Sunday Nov 21, 2010

Keeping It Simple, Yet Effective: Facebook's I18n Best Practices

I picked up a request on Twitter, asking for help in explaining the concept of "string concatenation" to a nontechnical audience. I struggled for a bit, and then remembered the excellent Facebook internationalization (I18n) materials. I sent them on, and was thanked. Job done. Here's how Facebook dealt with the issue:

concatenation.png

(Image copyright Facebook, 2010)

Notice how the word "concatenation" never appears at all? That's smart. The audience for the materials is not made up of seasoned developers or professional linguists. Why bring such a technical term into the conversation when it can be explained in simple terms--with examples too?

I've long maintained one of the problems with internationalization is that developers and linguists don't actually know how to communicate with each other--even when they think they speak the same natural language. Facebook has done a great job in solving that problem with simply worded I18n guidelines with real-world examples that everyone can understand. We should learn that lesson and apply it.

Wednesday Aug 18, 2010

Changing Language

Interesting post from the BBC about how the internet influences our language, citing examples from English, Ukranian, and more. How does this influence users of enterprise applications? What are their expectations about terminology and phrasing?

Only one way to find out. Ask them!

Wednesday Jul 07, 2010

Nuances Of European Social Media

Really like the resource Lost in Translation: Nuances of European Social Media, and so will you if you ever wondered if there was a European equivalent of SXSW! There are some good conference references as well as suggested Twitter followers. The following also caught my eye:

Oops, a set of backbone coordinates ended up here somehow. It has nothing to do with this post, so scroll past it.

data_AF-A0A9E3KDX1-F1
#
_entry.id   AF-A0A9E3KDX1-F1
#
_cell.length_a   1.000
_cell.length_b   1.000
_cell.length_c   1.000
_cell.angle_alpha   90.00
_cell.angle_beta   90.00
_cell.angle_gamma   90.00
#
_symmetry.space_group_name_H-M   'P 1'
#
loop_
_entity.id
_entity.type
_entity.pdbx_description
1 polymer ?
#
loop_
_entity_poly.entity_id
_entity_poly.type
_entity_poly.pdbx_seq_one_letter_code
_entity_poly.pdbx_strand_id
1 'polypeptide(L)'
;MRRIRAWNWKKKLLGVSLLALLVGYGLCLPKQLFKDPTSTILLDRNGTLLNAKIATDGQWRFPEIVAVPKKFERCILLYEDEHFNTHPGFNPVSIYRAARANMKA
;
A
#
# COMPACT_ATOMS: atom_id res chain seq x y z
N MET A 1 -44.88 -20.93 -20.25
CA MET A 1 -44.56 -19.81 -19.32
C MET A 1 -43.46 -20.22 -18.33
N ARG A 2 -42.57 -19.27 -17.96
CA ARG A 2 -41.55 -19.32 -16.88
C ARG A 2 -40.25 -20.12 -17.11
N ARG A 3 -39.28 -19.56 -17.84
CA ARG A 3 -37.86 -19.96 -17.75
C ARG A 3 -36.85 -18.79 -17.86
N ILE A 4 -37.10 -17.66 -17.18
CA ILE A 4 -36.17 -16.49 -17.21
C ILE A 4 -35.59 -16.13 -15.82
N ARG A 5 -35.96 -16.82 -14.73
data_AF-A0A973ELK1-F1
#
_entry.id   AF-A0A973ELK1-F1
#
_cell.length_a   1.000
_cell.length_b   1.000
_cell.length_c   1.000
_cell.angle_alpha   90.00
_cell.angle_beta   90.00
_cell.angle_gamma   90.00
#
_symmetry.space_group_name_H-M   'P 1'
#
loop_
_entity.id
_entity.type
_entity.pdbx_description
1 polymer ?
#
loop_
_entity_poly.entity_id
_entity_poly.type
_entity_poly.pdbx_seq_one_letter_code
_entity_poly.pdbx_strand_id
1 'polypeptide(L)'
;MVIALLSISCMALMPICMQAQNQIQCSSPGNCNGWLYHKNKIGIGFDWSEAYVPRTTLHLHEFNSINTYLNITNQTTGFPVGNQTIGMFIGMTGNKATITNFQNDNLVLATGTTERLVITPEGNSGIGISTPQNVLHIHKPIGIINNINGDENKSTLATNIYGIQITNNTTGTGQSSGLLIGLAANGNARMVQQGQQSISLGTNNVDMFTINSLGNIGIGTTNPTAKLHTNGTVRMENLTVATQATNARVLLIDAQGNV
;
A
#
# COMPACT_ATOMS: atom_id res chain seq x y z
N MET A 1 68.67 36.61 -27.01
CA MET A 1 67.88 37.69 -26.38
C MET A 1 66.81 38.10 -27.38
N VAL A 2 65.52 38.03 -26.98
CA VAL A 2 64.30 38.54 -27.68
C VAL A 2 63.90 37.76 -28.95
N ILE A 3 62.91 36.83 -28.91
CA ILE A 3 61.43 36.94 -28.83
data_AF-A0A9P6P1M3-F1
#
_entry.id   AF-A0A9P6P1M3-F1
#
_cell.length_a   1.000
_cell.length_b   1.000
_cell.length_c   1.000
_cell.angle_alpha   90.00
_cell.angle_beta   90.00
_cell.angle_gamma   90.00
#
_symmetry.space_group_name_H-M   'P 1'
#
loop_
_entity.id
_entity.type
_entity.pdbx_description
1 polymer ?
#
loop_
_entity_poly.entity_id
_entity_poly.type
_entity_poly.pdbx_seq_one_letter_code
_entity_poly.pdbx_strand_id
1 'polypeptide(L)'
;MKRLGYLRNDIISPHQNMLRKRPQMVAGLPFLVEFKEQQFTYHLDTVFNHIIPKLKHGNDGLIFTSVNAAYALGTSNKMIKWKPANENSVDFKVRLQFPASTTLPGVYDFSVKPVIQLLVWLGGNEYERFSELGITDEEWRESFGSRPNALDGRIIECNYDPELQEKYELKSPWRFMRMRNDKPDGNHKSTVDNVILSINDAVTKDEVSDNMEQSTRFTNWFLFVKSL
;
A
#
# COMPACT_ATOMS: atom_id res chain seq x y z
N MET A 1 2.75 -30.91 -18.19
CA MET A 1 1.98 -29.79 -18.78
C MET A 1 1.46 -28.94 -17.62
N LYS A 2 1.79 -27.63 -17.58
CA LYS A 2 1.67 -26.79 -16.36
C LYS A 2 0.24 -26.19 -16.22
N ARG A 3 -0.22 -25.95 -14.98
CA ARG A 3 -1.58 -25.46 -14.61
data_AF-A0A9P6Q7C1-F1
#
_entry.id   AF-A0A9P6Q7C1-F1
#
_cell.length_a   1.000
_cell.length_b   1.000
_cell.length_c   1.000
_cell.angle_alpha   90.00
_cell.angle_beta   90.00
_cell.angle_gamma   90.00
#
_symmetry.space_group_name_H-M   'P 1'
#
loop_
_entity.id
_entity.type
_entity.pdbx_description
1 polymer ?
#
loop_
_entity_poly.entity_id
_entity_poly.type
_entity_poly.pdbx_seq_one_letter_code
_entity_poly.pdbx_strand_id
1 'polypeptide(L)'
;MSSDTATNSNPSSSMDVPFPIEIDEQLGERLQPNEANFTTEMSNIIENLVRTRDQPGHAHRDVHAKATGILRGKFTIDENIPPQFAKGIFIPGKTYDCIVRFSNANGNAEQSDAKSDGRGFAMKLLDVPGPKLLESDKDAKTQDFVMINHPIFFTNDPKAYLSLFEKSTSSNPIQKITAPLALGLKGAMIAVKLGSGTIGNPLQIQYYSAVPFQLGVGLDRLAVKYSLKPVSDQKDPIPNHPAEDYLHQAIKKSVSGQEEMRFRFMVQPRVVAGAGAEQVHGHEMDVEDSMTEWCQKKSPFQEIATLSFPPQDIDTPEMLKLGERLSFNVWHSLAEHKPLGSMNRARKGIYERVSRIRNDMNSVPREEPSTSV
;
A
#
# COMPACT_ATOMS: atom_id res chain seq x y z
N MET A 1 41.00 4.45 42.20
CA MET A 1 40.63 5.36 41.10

"Cultural differences. This can't be stressed enough: Europe is not just another USA. Europe isn't even Europe, so to speak, but a large number of individual countries. Or as David Weinberger would put it: Small pieces loosely joined. One example I like to give is the role of personal branding. It's almost a mantra in the US that it is important to build your personal brand. In Europe, this won't get you far. In Germany or the UK pointing out your successes is - except when done very tactfully - considered boasting rather than legitimate communication. It'll put people off. Culture clash, anyone?"

How this pans out in the enterprise space, of course, is another question, but the point about not making sweeping cultural assumptions is well made. On that subject, check out the articlea "Six Languages Appear on This Week's List of Emerging Facebook Apps" and "Facebook looks east to complete domination" (or should that be west, given the Facebook HQ's location?).

Monday Jul 05, 2010

African Localization and Mobile Opportunities

Another book I have just finished reading (disclosure: I am also a member of the Multilingual magazine editorial board and I was writing a review for that publication) African Languages in a Digital Age: Challenges and opportunities for indigenous language computing by Don Osborn, (HSRC Press). You can download a free copy from http://www.hsrcpress.ac.za/product.php?productid=2269.

One of the technological opportunities with very positive developmental (in the broadest sense ) potential is that offered by mobile phones and applications. Bear in mind the following quotes from Activtate 2010:

  • "70% of young Kenyans use social media, 80% have mobile phones - only 50% have an indoor toilet"
  • "Eric Schmidt (Google) - Internet more disruptive than electricity because it replaces economics of scarcity with economics of abundance."

When it comes to mobile, we should remember the importance of the African market, and its languages and cultures in our UX work.

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Oracle applications user experience (UX) assistance. UX and development outreach of all sorts to the apps community, helping to design and deliver usable apps.

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Ultan Ó Broin. Director, Global Applications User Experience, Oracle Corporation. On Twitter: @ultan

See my other Oracle blog about product globalization too: Not Lost in Translation

Interests: User experience (UX), user centered design, design patterns, tailoring, BYOD, dev relations, language quality, mobile apps, Oracle FMW and ADF, and a lot more.

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